33rd FilmFest Munich

Germany, June 25 - July 4 2015

The jury

Nachum Mochiach (Israel), Carmen Gray (Great Britain), Beat Glur (Switzerland)

Awarded films

The 33rd edition of the Munich International Film Festival hosted a FIPRESCI jury for the first time. Amid high summer temperatures the screening venues were well-attended, with the German film industry out in force at the numerous world premieres of domestic productions and fresh international fare from the festival circuit. Viggo Mortensen was among international guests in attendance, with Camus-inspired revisionist western “Far From Men”(Loins des hommes), in which he stars as a teacher charged with escorting an Arab prisoner through remote terrain, the opening film. American auteur Alexander Payne was also an honoured guest, with a retrospective spanning his career to date from his earliest short “Carmen”, which he made in 1985, to his recent successes “The Descendants” and “Nebraska”. Warholmania, a homage to the work of pop artist Andy Warhol, was held in collaboration with the festival and Museum Brandhorst. It featured screenings of many of his key films, from selected “Screen Tests” to “The Chelsea Girls” and a silent programme of his provocative cinematic experiments such as “Blow Job” and “Sleep”. Closing the festival was Matteo Garrone’s dark collection of gothic imagination “Tale of Tales”(Il Racconto dei Racconti).

The FIPRESCI jury selected their award from the 18 features in the New German Cinema programme. A number of films were shot in Munich, from documentary-style “Nightsession” by Philipp Dettmer, which follows a group of skaters over one bleary night of beer, skate tricks and camaraderie across the cityscape, to winner “Don’t Look At Me That Way” (Schau mich nicht so an), a daring and surprising take on unconventional relationships from director Uisenma Borchu, who set the film between Germany and Mongolia and also wrote, edited and starred. Also in the mix was Dietrich Brueggemann’s comic satire of Neo-Nazism “Heil”, Visar Morina’s hard-hitting immigration drama set between Kosovo and Berlin “Babai”, and genre fare ranging from Özgür Yildirim’s sci-fi “Boy 7”, to AKIZ’s atmospheric techno-soundtracked horror infused with female coming-of-age angst “Der Nachtmahr”, and Bernhard Keller’s Ireland-set buddy road movie “Happy Hour”. A number of documentaries depicted varied sides of Germany, from “Instant Lunatic” (Mollath – Und plötzlich bist du verrückt) on the controversial Gustl Mollath case by directors Annika Blendl and Leonie Stade to Lutz Dammbeck’sOvergames” on the possible links between American psychiatry, German TV game shows and mass collective psychological disturbance, and Rudolf Domke’s “The Body Of This Death”(Dem Leibe dieses Todes) about a German colony founded on failed utopian ideals in Paraguay. Together with the rest, these formed a wide snapshot of a diverse industry, albeit one strongly US-influenced – eighteen varied takes on German identity, all in all. (Carmen Gray)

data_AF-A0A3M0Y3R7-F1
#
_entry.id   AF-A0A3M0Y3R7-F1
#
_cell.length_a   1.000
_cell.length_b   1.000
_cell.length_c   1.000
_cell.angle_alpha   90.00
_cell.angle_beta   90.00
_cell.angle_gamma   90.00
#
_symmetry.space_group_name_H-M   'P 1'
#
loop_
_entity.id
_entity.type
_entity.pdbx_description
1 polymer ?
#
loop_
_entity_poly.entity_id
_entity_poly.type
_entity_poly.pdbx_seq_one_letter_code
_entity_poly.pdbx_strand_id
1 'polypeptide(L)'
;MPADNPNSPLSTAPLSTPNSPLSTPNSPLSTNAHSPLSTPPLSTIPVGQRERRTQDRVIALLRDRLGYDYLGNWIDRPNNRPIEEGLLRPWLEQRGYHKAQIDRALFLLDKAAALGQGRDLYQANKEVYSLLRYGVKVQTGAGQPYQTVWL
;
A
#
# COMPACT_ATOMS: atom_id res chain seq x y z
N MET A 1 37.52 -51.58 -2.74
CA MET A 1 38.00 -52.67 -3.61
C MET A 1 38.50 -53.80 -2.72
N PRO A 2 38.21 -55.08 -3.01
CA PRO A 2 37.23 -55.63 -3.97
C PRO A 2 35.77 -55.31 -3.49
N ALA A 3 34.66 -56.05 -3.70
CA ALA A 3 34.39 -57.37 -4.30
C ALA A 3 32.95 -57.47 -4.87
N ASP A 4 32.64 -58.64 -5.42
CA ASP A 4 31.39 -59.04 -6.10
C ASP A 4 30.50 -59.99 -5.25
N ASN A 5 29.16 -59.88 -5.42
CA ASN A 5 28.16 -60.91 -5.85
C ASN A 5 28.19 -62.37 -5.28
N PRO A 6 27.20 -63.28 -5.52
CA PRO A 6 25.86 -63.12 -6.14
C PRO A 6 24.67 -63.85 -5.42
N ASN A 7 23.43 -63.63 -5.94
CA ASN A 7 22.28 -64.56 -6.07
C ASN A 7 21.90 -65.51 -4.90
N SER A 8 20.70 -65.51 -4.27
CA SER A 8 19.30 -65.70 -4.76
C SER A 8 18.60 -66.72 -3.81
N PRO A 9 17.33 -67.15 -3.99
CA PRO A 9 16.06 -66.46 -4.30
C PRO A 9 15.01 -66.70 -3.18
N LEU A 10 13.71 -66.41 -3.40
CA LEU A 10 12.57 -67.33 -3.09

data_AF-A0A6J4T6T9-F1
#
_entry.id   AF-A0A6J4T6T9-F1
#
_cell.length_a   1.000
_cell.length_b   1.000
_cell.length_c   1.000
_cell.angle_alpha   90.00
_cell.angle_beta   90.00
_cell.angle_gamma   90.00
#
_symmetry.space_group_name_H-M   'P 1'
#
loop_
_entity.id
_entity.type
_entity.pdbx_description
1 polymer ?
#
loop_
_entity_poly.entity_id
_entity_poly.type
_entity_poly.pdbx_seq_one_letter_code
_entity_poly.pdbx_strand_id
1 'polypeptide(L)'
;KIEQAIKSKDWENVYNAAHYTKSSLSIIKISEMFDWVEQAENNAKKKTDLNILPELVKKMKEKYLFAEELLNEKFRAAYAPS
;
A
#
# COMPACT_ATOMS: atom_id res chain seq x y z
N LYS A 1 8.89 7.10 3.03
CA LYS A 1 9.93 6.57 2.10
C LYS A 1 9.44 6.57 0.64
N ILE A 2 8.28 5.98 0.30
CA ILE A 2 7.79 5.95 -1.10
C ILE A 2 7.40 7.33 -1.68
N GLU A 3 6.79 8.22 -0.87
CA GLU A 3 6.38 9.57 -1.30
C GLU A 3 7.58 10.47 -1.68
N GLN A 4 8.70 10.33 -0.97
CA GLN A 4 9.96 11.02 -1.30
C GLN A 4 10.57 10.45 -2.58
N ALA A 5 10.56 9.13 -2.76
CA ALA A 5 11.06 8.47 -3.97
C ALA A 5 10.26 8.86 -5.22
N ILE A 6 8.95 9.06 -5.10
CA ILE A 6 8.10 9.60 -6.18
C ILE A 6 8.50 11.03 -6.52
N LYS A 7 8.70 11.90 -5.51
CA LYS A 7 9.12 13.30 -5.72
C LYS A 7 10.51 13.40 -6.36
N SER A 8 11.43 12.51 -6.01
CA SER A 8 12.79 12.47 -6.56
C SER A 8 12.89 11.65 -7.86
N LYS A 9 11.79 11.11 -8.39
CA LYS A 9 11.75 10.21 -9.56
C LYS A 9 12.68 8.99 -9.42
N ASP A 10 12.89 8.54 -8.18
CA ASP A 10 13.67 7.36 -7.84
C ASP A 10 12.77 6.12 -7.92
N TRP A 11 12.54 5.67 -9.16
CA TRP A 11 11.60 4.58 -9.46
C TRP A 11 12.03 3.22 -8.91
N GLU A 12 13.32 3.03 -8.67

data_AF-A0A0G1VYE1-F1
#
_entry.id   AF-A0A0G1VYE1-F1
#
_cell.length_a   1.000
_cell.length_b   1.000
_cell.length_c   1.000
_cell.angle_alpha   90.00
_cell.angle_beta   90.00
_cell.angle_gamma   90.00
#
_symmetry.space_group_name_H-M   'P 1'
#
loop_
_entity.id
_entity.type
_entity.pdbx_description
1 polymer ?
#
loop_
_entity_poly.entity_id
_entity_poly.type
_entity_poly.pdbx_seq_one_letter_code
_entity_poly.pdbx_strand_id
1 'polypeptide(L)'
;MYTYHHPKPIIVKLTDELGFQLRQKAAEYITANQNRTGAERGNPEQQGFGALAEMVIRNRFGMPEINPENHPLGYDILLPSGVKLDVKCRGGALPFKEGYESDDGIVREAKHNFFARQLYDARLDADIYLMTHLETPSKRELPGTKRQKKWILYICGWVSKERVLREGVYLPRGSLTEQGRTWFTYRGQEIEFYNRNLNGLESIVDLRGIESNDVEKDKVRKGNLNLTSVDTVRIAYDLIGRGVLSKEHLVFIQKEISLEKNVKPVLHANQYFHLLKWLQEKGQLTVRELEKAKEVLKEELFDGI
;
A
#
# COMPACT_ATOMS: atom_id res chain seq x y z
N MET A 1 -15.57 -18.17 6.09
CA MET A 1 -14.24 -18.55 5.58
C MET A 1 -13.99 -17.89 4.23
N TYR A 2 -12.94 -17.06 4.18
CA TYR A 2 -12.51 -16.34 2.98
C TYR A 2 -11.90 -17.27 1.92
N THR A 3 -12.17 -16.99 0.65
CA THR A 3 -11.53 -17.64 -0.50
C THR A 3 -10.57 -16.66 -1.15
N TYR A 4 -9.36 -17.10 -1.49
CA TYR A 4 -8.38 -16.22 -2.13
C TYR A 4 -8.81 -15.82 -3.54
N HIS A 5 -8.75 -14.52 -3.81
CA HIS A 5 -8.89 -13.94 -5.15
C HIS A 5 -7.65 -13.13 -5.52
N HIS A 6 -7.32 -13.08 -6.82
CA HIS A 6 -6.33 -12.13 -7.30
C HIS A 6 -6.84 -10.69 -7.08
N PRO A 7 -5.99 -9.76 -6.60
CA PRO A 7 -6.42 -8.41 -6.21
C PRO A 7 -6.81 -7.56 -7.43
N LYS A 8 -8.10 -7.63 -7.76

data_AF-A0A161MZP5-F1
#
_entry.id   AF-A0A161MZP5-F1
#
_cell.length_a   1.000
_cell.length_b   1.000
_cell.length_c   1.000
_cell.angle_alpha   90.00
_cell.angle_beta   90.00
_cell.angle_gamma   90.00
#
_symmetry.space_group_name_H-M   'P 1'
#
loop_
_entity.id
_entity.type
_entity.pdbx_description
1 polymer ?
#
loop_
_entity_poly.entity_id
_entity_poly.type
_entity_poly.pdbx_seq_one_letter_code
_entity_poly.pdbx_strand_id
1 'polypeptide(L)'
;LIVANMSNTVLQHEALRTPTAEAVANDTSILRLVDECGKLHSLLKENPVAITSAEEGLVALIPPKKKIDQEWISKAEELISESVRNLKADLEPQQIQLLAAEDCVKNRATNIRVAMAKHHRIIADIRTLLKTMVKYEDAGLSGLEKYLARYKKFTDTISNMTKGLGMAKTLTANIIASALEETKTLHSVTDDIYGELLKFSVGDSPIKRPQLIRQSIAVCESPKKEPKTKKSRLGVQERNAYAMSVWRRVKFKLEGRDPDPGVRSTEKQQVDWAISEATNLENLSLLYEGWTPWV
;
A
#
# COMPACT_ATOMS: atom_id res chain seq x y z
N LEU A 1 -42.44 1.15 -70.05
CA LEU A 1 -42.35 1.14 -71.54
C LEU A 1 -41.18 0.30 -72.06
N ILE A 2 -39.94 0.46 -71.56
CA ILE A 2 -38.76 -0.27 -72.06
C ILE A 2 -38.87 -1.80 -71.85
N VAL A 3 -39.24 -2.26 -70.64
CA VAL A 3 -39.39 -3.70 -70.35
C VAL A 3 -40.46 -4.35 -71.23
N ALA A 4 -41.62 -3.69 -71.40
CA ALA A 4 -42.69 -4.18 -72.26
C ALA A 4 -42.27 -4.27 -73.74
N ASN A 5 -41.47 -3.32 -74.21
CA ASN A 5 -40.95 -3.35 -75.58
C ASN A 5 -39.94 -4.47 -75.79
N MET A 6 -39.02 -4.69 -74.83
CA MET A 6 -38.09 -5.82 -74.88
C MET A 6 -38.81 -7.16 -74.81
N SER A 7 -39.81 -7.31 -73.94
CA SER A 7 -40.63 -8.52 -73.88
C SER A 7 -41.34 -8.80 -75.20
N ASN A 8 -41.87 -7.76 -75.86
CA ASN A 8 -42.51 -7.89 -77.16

FilmFest Munich: www.filmfest-muenchen.de